Today’s a big day for Sky Movies subscribers – from now on the service will answer to the new name Sky Cinema, and watchers have some new treats in store to prove it’s more than just a new moniker.
Along with an injection of extra pixels (Sky will start broadcasting films in its master format for extra HD detail) the service is promising a new movie premiere every day to tempt you from doing something more productive. Well, that Raspberry Pi project can wait till 2017.
We’ve scanned Sky Cinema’s full roster of films in July and August for movie gold – here are the dates that should be circled in red on your film calendar:
1) Spectre (8 July)
The latest installment in 007’s long and winding cinematic journey might have a plot with more holes than a block of Swiss cheese, but it’s still well worth following Bond on his stunt-packed journey through Austria, Mexico and Morocco.
Watch Spectre for what it is though and you should be more than satisfied with the speedy supercar chases, exotic locations, shady villains and, of course Daniel Craig’s perfectly tailored suits. Keep an eye out for the hulking mass Bautista too (not that he’s hard to miss), as he offers one of the best henchman performances in recent memory.
2) Mission Impossible: Rogue Nation (9 July)
With Spectre not quite scaling the heights of its recent predecessors, Tom Cruise seized the opportunity to out-stunt Craig’s (potentially final) performance as 007, recklessly clinging to cargo planes during take-off and tearing up the streets of Marrakech on a motorbike.
Not bad for a short bloke in his fifties – and Rogue Nation‘s spectacle makes up for a plot that is a tad on the simplistic and cartoonish side. We’d have liked it to finish with more of a bang, but it’ll more than satisfy the appetite of anyone hungry for another hit of Bond-style spy action.
3) The Walk (11 July)
The Walk tells the same death-defying tale as 2008’s excellent documentary Man On Wire, but its big-budget, CGI-assisted reconstruction of Philippe Petit’s tightrope walk high above the streets of Manhattan is significantly more vertigo-inducing.
One of few films that’s probably enhanced by watching it in 3D (which Sky is broadcasting it in), The Walk has moments that are as tense as the wire Petit walks on, even if the accents could sometimes do with tightening up.
4) Everest (15 July)
Like a mountain-based Gravity, Everest is a disaster movie that’s built for big tellies and thundering home cinema systems.
Not that it’s frivolous eye candy – it’s a sober, realistic account of the 1996 Everest disaster and has some moving performances, most notably from Emily Watson. But the real star is the incredible cinematography and, of course, the mountain itself.
5) Ant Man (22 July)
No one thought Ant-Man was going to be much cop when it was first announced. Then Edgar Wright dropped out of directing Marvel’s latest superhero jamboree and that seemingly sealed its fate as a soon-to-be-dud.
As it turned out, the reliably winsome Paul Rudd, a slew of hearty laughs and some dizzyingly creative action sequences make this the year’s best blockbuster – easily trouncing the overblown Avengers: Age of Ultron. Shows what we know, eh?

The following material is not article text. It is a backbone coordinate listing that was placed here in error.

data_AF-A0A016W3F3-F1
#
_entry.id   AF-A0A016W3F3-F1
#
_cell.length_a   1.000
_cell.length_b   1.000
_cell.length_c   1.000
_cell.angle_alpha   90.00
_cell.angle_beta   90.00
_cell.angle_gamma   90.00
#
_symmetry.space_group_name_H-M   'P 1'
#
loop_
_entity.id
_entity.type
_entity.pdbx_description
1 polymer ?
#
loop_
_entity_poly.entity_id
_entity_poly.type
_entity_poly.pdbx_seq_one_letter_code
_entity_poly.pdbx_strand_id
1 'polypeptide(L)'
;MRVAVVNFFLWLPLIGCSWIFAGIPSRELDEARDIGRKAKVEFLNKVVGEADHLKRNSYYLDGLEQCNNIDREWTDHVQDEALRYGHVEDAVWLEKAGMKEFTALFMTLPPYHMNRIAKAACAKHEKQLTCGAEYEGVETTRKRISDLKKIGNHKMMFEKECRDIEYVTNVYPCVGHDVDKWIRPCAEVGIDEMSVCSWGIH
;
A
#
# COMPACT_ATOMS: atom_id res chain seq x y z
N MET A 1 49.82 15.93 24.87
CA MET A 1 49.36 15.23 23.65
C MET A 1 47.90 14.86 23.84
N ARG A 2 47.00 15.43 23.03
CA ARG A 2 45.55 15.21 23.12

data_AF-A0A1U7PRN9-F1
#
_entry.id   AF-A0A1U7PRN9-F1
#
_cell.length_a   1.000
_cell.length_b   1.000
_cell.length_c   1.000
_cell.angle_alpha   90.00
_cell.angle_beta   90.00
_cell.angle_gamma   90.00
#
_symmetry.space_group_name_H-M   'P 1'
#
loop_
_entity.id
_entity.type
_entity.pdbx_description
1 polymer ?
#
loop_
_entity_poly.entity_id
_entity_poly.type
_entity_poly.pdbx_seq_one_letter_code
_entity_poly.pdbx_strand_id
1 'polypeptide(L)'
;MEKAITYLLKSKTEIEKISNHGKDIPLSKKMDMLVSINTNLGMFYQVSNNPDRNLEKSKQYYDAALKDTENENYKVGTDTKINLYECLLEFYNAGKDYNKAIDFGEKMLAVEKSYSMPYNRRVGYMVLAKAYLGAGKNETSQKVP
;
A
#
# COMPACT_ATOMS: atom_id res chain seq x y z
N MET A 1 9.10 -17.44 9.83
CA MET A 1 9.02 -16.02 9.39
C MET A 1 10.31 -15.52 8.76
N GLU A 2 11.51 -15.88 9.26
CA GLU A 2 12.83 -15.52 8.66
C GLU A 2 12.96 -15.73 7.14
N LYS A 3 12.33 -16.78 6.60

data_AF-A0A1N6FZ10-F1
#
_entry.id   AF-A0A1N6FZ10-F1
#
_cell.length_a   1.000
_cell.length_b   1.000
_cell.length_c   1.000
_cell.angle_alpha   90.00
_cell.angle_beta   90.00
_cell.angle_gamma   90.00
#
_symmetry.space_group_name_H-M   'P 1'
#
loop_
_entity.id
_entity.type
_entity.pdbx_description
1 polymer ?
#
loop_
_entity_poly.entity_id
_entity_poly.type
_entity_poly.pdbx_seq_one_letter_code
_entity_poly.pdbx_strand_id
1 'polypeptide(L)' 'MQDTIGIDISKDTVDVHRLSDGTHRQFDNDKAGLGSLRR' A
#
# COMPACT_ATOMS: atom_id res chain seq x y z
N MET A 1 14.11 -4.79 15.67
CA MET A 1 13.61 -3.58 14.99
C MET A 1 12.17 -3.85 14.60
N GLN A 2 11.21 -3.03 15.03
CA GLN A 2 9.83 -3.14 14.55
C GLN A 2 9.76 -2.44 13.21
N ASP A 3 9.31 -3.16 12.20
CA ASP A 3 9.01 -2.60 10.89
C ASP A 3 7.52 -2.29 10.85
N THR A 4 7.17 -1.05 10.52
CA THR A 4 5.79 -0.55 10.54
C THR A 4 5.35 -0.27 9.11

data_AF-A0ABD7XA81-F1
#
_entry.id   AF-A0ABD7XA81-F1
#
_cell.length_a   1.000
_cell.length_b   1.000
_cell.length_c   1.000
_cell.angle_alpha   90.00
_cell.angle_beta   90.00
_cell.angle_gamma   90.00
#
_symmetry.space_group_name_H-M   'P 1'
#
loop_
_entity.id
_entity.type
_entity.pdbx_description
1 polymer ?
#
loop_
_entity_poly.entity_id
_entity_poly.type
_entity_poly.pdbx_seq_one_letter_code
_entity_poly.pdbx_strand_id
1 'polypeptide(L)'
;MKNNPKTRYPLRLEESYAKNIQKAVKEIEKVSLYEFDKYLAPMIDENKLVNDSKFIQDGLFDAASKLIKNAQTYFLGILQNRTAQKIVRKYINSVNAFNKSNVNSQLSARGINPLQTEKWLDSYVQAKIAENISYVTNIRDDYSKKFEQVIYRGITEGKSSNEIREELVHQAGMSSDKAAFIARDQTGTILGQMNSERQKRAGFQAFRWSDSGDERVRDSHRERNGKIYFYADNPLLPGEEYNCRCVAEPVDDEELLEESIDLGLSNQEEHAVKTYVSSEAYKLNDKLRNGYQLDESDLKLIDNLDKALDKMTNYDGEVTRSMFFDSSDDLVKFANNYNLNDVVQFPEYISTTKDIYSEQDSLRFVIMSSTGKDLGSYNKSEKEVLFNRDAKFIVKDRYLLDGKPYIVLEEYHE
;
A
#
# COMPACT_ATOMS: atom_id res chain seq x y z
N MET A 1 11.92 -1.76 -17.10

6) The Man From UNCLE (5 August)
Professional cockney wannabe Guy Ritchie turns the stylish ‘60s TV show into a kind of feature-length, espionage-themed aftershave advert, complete with perma-Instagram filter and a cast of unfeasibly good-looking spies.
Napoleon Solo (Henry Cavill) and Ilya Kuryakin (Armie Hammer) are undercover agents united across the Iron Curtain in an attempt to prevent World War 3, but the plot is largely secondary to the weaponised high-jinks and cartoonish rivalry between the two peacocking leads. A playful antidote to the overly serious direction Bond and Bourne have taken in recent years.
7) The Martian (19 August)
"Unfilmable" is how they descibed Andy Weir’s book, The Martian. Apparently not for Ridley Scott, who turned the story of one man’s survival on the surface of the red planet into a supremely compelling movie.
That’s thanks in large part to a stunning performance by Matt Damon, who absolutely nails the combination of determination, despair and gallows humour that made the novel such a breakthrough hit in the first place. You’ll laugh, you’ll cry, you’ll screw your face up during the human fertiliser sections (how else is he supposed to grow potatoes up there?) but most of all you’ll be gripped from start to finish.
8) The Survivalist (22 August)
In a mood that could be best described as apocalyptic? This stark, budget sci-fi film about a hermitic survivor scrapping for his life after the fall of civilisation could be just the ticket.
Like a subdued Mad Max set in the Irish countryside, it follows the uneasy bonds that form when a mother and daughter approach our lead ‘survivalist’ and ask to share his farm. It’s raw, intense and dystopian – but hey, that’s what you’re in the mood for, right?
9) Star Wars: The Force Awakens (29 August)
Where to begin with a film whose opening titles can reduce grumpy old men to tears? JJ Abrams may have not reinvented the wheel here, but he’s remixed the wheel with enough storytelling pep and emotional heft to remind you why that wheel turned right through your childhood.
You’re in the hands of pros here, who know when to slow things down and serve up enough chances to breathe with a movie icon, or enjoy a moment of gold with Chewbacca. And it’s these highlights that elevate Episode VII from being a nostalgic tribute to the glory days into a new chapter in film history.